• Strong leadership, in the sense that principals are “strategic, focused on instruction, and inclusive of others in their work”;What's interesting here is that, as the authors note, none of these are silver-bullet type solutions, but taken together, just a comprehensive picture of what good "culture" looks like at a school. It isn't simply about a fancy new curriculum, high-powered teaching, more assessments, professional development, merit-pay schemes or any other new trick. If anything, the key is a school administration that is able to deliver on a range of factors that go into making a school work. But it is the sum of the parts, how they interact and build on each other that delivers the final result.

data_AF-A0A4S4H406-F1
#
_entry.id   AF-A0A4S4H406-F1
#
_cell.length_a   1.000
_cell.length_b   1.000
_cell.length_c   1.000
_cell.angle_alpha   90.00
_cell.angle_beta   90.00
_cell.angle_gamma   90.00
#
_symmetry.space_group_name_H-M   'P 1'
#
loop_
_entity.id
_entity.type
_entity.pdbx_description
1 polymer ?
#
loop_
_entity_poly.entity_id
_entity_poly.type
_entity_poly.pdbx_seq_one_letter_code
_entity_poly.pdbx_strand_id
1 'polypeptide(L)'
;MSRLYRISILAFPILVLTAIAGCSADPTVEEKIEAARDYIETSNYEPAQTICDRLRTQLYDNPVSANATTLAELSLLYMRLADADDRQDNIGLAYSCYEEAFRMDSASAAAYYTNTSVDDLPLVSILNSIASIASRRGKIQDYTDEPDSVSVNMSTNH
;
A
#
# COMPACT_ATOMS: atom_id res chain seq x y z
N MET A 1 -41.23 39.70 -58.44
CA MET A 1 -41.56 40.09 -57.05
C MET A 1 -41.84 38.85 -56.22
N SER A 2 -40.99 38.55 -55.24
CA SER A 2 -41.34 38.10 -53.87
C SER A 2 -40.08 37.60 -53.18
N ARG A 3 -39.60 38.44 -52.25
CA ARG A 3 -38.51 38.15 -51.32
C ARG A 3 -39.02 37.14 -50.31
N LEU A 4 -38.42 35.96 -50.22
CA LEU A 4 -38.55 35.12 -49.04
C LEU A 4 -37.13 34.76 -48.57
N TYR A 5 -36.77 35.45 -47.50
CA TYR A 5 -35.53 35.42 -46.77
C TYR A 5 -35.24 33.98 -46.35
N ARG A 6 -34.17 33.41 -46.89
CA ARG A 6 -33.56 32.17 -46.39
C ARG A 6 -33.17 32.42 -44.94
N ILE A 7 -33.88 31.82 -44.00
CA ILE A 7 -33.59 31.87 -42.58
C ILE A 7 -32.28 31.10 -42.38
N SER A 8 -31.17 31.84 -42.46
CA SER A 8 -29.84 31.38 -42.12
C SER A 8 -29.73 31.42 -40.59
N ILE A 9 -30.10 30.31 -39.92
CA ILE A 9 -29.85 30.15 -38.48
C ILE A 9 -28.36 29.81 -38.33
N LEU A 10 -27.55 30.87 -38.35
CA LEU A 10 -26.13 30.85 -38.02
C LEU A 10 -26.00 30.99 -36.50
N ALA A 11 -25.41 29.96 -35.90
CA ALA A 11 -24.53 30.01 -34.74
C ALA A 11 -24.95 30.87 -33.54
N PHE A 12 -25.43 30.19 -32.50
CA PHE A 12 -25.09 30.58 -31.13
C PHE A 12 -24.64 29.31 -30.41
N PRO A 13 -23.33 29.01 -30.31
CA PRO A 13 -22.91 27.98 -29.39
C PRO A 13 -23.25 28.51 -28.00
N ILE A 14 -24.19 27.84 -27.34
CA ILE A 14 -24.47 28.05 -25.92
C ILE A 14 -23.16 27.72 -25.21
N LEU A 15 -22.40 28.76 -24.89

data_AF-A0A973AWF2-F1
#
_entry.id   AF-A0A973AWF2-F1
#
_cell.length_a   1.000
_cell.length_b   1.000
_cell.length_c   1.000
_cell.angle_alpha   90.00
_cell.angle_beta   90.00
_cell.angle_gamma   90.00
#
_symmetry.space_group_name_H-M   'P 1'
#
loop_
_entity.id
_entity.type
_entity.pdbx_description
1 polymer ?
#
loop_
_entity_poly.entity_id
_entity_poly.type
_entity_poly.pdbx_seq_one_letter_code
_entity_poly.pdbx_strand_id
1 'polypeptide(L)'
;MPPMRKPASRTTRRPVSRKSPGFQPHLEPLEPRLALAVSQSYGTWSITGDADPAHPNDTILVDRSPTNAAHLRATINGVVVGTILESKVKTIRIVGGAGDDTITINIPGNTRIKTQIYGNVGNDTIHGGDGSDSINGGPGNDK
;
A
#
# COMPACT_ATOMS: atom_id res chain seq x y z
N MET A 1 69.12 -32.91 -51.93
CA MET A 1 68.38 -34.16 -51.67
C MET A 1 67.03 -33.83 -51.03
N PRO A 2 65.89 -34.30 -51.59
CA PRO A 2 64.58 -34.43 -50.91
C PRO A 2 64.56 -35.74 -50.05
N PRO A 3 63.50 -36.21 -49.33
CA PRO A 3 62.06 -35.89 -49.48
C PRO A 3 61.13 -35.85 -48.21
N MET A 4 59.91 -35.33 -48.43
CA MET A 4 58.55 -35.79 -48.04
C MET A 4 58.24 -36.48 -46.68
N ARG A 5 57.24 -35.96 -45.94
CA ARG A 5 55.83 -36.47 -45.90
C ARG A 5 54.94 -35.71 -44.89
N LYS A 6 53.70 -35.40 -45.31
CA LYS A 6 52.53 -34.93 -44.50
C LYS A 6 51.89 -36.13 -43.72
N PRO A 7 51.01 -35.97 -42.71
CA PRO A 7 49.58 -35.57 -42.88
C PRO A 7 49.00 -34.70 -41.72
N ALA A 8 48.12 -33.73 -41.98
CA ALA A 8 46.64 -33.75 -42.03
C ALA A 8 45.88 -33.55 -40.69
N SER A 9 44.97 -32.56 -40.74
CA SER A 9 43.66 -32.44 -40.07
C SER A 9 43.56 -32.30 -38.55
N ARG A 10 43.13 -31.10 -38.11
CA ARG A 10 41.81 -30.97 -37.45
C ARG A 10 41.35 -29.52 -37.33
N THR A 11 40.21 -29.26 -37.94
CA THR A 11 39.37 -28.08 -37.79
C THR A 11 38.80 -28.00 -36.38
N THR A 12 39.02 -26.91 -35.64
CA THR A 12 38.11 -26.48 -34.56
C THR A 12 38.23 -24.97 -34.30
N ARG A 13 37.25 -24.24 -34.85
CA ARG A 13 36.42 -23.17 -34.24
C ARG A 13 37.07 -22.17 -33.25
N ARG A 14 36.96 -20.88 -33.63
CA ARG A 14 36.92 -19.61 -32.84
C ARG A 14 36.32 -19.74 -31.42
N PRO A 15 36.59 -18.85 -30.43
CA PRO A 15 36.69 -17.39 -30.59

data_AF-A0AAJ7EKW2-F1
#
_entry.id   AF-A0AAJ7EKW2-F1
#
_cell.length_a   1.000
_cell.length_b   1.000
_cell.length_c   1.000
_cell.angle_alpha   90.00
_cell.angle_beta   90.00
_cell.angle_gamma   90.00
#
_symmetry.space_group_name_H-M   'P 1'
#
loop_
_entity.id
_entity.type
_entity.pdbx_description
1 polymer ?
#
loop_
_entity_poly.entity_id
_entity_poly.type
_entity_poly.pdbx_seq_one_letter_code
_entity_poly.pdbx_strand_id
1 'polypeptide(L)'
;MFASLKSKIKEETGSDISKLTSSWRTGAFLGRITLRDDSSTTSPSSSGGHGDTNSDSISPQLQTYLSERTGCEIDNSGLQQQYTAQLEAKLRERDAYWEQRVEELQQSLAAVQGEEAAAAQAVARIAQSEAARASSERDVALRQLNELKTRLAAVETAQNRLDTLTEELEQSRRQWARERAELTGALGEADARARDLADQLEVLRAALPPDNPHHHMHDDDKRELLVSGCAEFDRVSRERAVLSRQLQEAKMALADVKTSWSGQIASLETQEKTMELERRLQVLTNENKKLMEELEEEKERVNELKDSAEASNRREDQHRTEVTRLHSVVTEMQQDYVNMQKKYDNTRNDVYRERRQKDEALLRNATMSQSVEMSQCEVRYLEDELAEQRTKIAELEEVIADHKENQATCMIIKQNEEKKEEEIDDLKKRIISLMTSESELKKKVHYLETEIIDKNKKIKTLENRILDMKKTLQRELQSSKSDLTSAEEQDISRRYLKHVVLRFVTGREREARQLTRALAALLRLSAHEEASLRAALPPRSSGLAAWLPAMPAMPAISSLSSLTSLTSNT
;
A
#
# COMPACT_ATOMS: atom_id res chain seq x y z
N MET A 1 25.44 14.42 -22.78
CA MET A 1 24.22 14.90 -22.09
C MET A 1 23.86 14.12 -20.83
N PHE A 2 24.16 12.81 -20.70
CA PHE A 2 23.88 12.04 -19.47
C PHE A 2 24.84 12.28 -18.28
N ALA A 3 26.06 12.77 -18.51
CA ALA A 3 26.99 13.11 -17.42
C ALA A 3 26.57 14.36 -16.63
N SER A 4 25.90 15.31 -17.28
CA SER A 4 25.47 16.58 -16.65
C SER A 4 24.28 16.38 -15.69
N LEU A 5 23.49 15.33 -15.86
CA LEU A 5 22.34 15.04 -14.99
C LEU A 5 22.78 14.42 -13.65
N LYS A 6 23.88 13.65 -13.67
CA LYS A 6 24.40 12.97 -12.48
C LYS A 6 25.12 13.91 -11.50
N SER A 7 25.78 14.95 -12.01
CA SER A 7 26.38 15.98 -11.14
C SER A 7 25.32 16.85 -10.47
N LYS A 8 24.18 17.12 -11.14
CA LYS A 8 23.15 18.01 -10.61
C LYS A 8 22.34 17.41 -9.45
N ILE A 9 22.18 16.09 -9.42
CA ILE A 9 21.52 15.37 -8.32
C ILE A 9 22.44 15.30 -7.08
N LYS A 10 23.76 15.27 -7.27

• A welcoming attitude toward parents, and formation of connections with the community;
• Development of professional capacity, which refers to the quality of the teaching staff, teachers’ belief that schools can change, and participation in good professional development and collaborative work;
• A learning climate that is safe, welcoming, stimulating, and nurturing to all students; and
• Strong instructional guidance and materials.
Anthony S. Bryk, an author of the book, Organizing Schools for Improvement: Lessons From Chicago , is quoted as pointing out that if a school is weak in any of these 5 areas it will likely fail. While these are largely generalities, and effectively creating each is not an easy task, it is a reminder that we can't reduce educational reform into easy, sound-bite-ready slogans. If we don't look at the whole picture - the curriculum, teachers, assessments, administration, staff, community... all of it, we're setting ourselves up for failure.